South Africa's anti-corruption watchdog cleared President Cyril Ramaphosa of any wrongdoing in a preliminary report into a cover-up scandal that has tarnished his reputation, local media reported on Saturday.
The Public Protector said it has notified implicated parties of the preliminary findings of its probe over the theft of a cash haul from Ramaphosa's luxury farmhouse -- something the president is accused of having attempted to conceal.
Ramaphosa's spokesman Vincent Magwenya said on Saturday the president received the report, details of which have been leaked to local media.
"We note the report. As stated before, we reiterate that the President did not participate in any wrongdoing, nor did he violate the oath of his office," Magwenya said in a statement.
The scandal, which erupted in June, revolves around about half-a-million dollars in cash that Ramaphosa has acknowledged were stolen from beneath sofa cushions at his ranch.
The president, who has said the money was payment for buffalos bought by a Sudanese businessman, has been accused of failing to report the matter to the police, as well as abusing his powers and exposing himself to a conflict of interest over the affair.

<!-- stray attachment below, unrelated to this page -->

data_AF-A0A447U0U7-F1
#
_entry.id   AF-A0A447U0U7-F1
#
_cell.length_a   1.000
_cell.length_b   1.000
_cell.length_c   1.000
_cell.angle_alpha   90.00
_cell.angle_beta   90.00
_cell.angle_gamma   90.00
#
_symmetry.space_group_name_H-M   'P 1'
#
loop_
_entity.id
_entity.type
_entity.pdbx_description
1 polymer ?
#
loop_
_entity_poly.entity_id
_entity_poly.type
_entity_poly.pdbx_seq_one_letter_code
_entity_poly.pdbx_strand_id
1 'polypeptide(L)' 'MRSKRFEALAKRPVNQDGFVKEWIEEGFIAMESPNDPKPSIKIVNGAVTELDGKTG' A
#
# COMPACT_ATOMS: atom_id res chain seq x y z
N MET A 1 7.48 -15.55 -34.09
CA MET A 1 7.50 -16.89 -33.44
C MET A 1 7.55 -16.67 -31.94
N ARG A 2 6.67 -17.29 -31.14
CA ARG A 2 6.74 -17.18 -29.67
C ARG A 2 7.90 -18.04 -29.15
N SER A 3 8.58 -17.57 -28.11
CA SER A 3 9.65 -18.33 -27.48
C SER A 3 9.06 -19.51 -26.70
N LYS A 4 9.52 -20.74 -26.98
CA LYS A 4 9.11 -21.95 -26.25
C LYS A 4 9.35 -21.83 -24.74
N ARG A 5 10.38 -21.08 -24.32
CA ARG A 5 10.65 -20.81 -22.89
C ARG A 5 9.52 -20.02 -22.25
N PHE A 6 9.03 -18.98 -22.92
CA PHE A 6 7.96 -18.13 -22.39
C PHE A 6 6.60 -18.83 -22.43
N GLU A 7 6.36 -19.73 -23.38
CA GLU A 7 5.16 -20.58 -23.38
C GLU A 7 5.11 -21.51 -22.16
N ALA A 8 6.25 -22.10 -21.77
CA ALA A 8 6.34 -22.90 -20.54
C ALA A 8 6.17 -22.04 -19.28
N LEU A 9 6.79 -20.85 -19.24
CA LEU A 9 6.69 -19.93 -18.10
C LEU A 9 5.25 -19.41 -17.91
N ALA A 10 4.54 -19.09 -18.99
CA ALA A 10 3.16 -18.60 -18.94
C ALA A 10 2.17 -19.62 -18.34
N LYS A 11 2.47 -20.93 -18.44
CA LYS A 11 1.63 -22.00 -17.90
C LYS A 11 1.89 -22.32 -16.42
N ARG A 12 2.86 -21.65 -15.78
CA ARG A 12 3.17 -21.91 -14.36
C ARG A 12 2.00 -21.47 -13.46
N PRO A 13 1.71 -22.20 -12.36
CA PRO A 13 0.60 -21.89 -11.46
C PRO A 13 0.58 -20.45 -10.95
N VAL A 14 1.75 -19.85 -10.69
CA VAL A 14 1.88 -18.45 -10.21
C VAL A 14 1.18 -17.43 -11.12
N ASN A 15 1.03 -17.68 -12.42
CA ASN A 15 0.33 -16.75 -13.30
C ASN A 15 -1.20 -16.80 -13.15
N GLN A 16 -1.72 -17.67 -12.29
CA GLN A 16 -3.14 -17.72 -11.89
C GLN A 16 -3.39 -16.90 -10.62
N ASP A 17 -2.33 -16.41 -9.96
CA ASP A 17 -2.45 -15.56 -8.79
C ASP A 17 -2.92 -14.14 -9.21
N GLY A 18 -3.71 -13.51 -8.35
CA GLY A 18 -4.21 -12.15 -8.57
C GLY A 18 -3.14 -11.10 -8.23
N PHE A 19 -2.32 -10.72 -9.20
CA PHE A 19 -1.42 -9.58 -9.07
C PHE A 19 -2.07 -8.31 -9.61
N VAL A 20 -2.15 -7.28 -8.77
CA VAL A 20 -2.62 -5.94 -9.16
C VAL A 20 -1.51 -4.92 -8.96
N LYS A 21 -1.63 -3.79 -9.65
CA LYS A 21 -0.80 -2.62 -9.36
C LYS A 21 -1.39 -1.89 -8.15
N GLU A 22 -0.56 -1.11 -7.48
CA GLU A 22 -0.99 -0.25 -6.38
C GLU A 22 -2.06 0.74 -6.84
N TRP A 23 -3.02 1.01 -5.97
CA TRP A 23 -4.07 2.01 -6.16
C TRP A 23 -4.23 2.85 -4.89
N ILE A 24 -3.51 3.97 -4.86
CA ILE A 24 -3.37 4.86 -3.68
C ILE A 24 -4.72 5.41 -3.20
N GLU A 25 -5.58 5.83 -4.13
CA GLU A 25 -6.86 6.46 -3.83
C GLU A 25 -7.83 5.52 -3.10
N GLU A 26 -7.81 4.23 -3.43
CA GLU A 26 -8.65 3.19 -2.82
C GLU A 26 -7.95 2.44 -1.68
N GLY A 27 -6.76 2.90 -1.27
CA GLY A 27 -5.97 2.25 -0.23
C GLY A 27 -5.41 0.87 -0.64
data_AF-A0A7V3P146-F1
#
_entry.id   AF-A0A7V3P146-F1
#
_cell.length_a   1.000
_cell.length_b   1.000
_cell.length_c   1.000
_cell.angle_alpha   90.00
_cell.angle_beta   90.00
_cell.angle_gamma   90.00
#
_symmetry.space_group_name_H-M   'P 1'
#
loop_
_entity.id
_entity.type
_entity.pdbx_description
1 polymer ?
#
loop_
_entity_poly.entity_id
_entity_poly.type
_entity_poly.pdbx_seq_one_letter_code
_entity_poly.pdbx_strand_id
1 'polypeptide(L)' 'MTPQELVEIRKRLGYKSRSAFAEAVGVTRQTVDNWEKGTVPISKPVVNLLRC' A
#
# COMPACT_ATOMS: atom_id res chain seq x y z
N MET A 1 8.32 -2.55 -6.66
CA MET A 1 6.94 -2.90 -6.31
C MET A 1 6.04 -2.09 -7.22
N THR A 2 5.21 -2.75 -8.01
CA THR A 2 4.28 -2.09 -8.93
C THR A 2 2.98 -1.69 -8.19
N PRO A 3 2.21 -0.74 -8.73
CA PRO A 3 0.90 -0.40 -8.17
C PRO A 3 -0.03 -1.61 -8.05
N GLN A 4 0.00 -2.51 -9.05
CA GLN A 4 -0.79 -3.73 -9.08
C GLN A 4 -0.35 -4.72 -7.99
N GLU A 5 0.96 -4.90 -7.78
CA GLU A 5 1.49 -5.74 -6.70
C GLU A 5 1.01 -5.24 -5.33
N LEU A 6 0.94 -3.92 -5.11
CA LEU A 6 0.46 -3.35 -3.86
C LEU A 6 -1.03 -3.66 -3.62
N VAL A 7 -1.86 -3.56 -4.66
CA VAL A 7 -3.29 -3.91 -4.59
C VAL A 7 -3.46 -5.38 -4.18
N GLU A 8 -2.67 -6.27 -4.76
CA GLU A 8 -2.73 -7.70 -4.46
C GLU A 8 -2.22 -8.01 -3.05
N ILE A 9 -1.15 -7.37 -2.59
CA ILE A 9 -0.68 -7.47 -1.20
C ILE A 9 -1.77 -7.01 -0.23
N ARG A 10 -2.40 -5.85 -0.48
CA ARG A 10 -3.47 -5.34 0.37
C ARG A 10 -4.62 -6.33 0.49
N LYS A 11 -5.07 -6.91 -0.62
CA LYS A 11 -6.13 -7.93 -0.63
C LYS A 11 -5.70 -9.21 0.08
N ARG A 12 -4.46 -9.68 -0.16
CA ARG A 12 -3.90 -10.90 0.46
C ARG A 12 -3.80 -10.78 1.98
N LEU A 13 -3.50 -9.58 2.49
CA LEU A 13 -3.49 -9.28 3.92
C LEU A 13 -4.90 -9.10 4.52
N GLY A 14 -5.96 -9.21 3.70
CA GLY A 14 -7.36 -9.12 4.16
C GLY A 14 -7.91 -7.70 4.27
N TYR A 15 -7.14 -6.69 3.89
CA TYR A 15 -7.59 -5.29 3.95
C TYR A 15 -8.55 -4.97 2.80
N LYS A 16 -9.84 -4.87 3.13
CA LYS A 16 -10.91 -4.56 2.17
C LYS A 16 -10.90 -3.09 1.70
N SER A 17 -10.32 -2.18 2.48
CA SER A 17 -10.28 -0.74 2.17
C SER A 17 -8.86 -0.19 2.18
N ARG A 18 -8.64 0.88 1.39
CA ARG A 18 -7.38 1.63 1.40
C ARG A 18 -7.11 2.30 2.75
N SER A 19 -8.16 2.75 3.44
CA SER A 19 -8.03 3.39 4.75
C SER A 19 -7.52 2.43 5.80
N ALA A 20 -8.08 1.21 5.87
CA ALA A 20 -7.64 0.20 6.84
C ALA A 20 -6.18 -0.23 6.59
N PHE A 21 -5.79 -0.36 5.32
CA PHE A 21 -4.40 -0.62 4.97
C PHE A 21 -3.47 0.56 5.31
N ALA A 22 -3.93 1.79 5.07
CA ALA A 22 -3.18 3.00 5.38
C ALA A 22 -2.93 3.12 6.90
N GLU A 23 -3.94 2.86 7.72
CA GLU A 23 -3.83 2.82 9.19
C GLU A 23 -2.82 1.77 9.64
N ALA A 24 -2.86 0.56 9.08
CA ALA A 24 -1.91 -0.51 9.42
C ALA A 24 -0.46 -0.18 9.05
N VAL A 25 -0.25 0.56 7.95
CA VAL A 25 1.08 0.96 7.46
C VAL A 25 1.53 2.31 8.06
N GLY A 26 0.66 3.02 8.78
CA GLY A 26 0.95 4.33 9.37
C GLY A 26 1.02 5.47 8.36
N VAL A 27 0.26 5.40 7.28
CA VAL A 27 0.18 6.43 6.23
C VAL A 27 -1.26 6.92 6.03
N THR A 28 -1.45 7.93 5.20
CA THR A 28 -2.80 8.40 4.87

The report exonerates him but found the head of the presidential protection unit to whom Ramaphosa reported the crime acted improperly, investigating the case directly instead of reporting it to the police, according to extracts published by several media outlets.
The findings, which the radical left opposition Economic Freedom Fighters party described as "nonsensical", will bring some respite to Ramaphosa, who has been dogged by the allegations for months.
The scandal almost cost him his job in December when he narrowly escaped a parliamentary vote that could have initiated proceedings to remove him from office, and has endangered his chances of securing a second term after next year's elections.
Yet, it will not be the end of the matter for the president.
A police investigation is still ongoing, with the head of an elite unit who said earlier this week detectives have collected more than 120 statements as part of their probe into the affair.